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The world of women warriors as Kanshhou Femmedarmes, Vigilantes, and Amahs is exemplified by Steward/Magister Zella Terremoto Adverb and her former Kanshoumate and lover, Jezebel Stronglaces. They prove opposites attract in a time when the fragile anchor of worldwide peace maintained by the Kanshou is threatened with the prospect of habitante rebellion against medical testing to determine a physiological cause of violence in humans. Possible political protocols that would mandate action regarding this physiology have the mostly male offenders in upheaval.
In this world where women can spoon together and fly, where creatures have learned to "go shy," where a mysterious tekkla material automatically adjusts to body temperature, "Zude" Adverb struggles to extend beyond her practical and driven nature to discover a more spiritual self. Jez Stronglaces examines herpsychic power and her rigid attitudes toward male behavior. Both wonder at the nature of Fate and the existence of the gods. Each is assisted by a rich entourage of loyal friends, lovers, mentors, and compatriots.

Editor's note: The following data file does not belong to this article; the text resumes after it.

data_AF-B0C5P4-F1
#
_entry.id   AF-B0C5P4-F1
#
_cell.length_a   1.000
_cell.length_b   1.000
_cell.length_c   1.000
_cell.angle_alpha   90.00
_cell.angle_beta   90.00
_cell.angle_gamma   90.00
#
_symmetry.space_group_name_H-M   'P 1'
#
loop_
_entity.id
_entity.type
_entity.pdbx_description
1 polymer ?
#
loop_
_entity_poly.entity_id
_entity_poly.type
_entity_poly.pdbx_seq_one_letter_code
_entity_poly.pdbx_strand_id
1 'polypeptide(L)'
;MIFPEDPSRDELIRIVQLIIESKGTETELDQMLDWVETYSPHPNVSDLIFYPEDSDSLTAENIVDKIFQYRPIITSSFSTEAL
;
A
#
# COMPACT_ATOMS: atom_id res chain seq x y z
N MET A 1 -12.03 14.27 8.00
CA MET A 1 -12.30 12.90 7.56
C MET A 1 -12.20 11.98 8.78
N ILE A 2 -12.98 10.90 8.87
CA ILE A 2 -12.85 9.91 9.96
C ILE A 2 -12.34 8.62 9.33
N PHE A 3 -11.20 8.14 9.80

Gearhart's genius is revealed in the unexpected common destination at which these clashing leaders arrive, bringing their white-hot personal and political passion to a critical moment in time.
Author Biography: Sally Miller Gearhart grew up in Virginia and found her first love at a women's college. After inhabiting a dark closet for twenty years, she burst onto the political scene of the San Francisco Bay Area in 1970. San Francisco State University hired her as an open lesbian and tenured her in 1974. She taught there for two decades, helping to found the school's radical Women's Studies Program and publishing three books. Scores of her articles and stories have been anthologized in feminist publications.
Sally is well know for her leadership (along with Supervisor Harvey Milk) in defeating the 1978 Briggs Initiative in California, which was designed to bar homosexuality and homosexuals from schools. This decisive victory helped turn the tide for lesbian and gay civil rights across the country. In 1984, Sally appeared in the The Times of Harvey Milk, the Academy Award-winning documentary that chronicled that political era. She has also been an activist for animal rights and Earth First!, and now lives on a mountain of contradictions with many cats and a blue-tick coon hound in a Mendocino County women's community.